Michelle Rodriguez, Healer of the Ballet Elite

DANCER DAVID HALLBERG winces as he lunges forward and thrusts the handgrips of two pulleys out in front of his chest. “Curl. Now, big yawn,” says Michelle Rodriguez, founder of Manhattan Physio Group, as he reverses the motion in her office space. “Up, up, up—stay there.” Hallberg exhales with the effort. “Good. And come back. Better?” “It’s all painful to me,” says Hallberg, smiling grimly.

Rodriguez, 39, began working with Hallberg, a principal dancer for the American Ballet Theatre, after he dislocated his shoulder 10...

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Is It Better to Be a Workout Minimalist or Maximalist?

If you were to take a poll of the world’s longest, most lithe bodies on their workout routines, you’d likely find that these women are equally divided among two categories: those deeply devoted to feeling the burn, or the ones who, maddeningly, never seem to put on gym clothes. So it makes sense that when you do your New Year’s check-in with your body, you might find yourself torn between aligning with the Gwyneth Paltrows of the world—those who emulate the woman 

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Foot Stretches to Counteract High Heels

Michelle Rodriguez kicked off her career as a professional ballerina and scholarship student at The School of America Ballet, before throwing over her pointe shoes for the physical therapy program at Rutgers. But she hasn’t gone far from the world of flexibility, mobility, alignment, and performance. For more than a decade, she’s been rehabilitating professional dancers (Alvin Ailey School, New York City Ballet, Paris Opera Ballet, Benjamin Millepied’s Danses Concertantes) and all of us wannabees (she worked intensively with Natalie Portman for Black Swan, and her practice, Manhattan Physio Group,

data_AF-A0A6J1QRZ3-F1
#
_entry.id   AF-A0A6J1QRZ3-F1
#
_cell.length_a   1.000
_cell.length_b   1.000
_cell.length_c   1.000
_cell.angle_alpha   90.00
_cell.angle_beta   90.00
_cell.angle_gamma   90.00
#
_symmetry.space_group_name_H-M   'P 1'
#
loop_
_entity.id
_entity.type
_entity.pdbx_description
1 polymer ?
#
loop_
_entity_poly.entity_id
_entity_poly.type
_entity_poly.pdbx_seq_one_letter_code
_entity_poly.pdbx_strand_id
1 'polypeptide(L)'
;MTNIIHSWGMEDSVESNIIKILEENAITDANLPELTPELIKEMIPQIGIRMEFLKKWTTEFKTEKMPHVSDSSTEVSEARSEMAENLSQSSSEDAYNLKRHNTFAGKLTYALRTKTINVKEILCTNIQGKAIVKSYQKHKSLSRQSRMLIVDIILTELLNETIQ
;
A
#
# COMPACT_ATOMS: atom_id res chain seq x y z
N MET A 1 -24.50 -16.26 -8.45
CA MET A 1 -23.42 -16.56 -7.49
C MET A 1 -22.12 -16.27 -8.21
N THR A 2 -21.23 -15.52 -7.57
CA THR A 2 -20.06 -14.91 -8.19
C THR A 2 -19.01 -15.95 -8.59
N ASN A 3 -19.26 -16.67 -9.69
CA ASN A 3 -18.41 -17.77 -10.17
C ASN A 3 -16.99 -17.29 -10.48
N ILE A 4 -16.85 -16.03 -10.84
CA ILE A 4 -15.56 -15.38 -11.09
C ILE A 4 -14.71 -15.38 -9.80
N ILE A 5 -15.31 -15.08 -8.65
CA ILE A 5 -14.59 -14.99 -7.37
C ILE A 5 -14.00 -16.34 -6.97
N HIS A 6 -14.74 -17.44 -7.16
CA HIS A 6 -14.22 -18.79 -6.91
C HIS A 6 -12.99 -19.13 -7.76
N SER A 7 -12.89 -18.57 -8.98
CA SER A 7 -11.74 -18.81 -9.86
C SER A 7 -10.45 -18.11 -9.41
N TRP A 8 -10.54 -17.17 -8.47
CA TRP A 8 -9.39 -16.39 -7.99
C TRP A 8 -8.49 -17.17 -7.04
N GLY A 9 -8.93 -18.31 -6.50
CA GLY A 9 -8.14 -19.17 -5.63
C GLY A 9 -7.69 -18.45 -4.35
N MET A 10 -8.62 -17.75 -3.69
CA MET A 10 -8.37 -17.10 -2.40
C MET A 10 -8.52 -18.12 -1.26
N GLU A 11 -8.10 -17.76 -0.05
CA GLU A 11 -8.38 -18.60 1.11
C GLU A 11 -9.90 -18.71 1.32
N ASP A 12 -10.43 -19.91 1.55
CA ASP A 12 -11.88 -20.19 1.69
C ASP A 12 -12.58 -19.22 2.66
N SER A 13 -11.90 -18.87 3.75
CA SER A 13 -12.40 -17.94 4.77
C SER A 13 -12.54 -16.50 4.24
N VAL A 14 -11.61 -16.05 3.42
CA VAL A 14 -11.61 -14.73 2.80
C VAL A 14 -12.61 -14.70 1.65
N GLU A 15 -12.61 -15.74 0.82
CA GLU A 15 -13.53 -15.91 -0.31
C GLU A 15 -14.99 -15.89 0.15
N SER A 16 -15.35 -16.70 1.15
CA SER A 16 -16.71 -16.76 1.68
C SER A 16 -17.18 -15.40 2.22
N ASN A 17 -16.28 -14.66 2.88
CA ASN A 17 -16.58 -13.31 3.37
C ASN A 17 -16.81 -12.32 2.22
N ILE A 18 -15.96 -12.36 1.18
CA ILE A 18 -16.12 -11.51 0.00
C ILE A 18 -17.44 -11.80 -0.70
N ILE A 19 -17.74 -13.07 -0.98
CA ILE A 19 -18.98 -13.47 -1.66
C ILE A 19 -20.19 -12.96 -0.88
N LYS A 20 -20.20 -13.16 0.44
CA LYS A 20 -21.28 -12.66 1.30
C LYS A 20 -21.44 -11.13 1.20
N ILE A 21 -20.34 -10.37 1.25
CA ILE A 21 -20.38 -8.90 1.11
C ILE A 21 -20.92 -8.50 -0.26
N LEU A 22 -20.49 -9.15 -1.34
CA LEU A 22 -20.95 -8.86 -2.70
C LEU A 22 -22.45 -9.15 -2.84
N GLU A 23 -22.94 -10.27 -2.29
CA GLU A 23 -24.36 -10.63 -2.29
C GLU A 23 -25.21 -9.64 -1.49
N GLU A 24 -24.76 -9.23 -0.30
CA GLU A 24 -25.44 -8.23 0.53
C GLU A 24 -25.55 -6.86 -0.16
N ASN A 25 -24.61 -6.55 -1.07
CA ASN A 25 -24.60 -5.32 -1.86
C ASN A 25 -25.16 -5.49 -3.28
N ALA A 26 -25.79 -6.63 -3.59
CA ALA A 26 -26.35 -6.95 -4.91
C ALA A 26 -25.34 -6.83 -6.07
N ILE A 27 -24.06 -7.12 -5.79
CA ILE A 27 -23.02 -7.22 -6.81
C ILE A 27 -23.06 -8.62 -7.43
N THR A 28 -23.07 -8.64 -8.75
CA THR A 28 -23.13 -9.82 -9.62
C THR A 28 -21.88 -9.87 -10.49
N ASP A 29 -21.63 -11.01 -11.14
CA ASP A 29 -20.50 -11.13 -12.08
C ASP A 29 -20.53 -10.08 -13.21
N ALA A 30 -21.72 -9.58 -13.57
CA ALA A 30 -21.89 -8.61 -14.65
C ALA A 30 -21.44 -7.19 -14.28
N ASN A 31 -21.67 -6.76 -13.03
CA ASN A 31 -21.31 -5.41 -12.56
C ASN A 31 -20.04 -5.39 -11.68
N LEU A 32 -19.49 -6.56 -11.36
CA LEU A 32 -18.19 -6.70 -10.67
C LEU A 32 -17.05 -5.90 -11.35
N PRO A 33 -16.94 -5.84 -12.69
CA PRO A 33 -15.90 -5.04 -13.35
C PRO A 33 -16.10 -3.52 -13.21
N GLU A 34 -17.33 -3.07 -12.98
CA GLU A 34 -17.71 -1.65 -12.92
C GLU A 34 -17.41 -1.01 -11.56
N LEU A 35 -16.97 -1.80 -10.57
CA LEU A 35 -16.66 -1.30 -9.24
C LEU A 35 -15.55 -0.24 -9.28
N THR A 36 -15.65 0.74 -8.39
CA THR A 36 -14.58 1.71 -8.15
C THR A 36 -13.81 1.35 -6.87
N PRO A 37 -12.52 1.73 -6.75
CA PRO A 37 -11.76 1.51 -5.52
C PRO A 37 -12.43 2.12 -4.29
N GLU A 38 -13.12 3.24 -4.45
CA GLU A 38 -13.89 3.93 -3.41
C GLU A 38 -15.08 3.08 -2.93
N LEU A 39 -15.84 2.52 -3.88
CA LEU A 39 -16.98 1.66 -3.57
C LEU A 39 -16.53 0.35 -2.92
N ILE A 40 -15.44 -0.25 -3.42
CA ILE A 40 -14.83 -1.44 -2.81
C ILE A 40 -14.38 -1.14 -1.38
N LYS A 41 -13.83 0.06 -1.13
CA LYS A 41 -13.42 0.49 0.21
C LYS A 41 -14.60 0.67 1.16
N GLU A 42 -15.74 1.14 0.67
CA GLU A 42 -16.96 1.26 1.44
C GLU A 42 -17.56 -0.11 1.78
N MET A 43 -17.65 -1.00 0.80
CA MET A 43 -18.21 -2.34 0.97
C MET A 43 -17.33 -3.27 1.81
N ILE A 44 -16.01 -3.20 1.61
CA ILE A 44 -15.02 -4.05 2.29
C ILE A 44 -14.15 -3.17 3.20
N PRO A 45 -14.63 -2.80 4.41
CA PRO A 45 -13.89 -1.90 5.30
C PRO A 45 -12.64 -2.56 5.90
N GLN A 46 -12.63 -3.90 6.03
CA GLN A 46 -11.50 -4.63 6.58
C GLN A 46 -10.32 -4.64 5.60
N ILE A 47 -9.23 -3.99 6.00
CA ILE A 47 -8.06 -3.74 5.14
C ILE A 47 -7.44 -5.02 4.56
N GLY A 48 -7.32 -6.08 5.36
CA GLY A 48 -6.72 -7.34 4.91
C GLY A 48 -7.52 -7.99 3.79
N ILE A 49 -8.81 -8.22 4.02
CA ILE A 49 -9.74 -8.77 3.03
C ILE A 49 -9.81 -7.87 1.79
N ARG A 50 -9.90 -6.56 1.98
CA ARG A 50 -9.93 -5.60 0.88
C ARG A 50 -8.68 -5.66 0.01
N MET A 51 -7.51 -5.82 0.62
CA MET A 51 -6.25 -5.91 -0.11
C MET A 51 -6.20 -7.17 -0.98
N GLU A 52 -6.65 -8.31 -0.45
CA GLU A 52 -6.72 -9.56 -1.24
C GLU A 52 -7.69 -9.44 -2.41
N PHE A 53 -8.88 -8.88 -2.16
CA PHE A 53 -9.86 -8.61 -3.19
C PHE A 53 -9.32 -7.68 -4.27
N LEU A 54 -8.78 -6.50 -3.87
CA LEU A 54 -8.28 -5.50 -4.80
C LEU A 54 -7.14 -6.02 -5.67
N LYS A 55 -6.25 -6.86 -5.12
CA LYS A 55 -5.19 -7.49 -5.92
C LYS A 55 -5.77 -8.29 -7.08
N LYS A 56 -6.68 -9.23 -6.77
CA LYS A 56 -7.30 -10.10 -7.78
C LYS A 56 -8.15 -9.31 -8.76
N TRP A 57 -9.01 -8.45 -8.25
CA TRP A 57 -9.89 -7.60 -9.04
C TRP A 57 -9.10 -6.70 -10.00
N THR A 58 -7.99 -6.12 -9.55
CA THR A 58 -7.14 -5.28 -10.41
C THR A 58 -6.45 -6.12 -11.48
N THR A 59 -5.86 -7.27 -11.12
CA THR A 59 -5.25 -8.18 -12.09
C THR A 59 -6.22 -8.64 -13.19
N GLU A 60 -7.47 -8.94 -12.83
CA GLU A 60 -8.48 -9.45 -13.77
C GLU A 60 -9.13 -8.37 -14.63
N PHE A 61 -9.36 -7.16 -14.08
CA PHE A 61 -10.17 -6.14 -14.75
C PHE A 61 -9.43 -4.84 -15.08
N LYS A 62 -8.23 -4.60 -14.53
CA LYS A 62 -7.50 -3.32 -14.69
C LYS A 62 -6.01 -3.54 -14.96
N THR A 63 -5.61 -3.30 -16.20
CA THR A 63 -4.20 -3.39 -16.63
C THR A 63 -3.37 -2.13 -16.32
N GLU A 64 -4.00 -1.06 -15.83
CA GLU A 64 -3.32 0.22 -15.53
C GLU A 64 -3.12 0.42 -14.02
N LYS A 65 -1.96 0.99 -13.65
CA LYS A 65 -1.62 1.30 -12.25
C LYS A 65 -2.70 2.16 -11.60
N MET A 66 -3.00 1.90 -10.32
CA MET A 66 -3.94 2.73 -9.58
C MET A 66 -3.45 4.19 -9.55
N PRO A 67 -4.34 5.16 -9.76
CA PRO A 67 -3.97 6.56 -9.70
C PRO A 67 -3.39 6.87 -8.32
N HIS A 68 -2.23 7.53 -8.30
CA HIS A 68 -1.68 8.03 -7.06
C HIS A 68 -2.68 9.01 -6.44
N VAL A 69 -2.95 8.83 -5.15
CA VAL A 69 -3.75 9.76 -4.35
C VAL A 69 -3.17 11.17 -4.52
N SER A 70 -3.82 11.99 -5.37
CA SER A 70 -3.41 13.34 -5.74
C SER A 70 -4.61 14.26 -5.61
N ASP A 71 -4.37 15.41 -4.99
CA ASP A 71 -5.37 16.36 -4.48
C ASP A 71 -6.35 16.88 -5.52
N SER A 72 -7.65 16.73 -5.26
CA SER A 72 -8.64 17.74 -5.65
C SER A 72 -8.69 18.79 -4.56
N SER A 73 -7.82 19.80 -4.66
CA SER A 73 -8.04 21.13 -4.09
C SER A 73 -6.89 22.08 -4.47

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New Year's Beauty Resolution of the Week: Vogue's Ally Betker Takes On Her Poor Posture

In late October, Vogue.com Culture Editor Thessaly LaForce and I were reviewing images for a story about making moonshine, for which, as the writer, I had gamely posed alongside barrels of fermented grains. “You’re such a huncher!” she observed, pointing to my sloping back and droopy shoulders. This was hardly news to me. Over the past decade, I’ve tried everything from regular appointments with a chiropractor to Post-It note reminders in an attempt to correct my poor posture.

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Natalie Portman: Going Dark For Thriller 'Black Swan'

This interview was originally broadcast on November 30, 2010. Natalie Portman is nominated for an Academy Award for her role in Black Swan

Natalie Portman studied ballet from the ages 4 to 12, at which point she turned her focus to her acting career. That early training helped prepare her for her latest role, as a ballerina with a (very) dark side in Darren Aronofsky's psychological thriller Black Swan.

"As a child, I idealized [ballet] because, as a little girl, you just think of it as this pretty, light, delicate and feminine thing," she tells Fresh Air's Terry Gross. "You see how much darker the world is when you're immersed in it."

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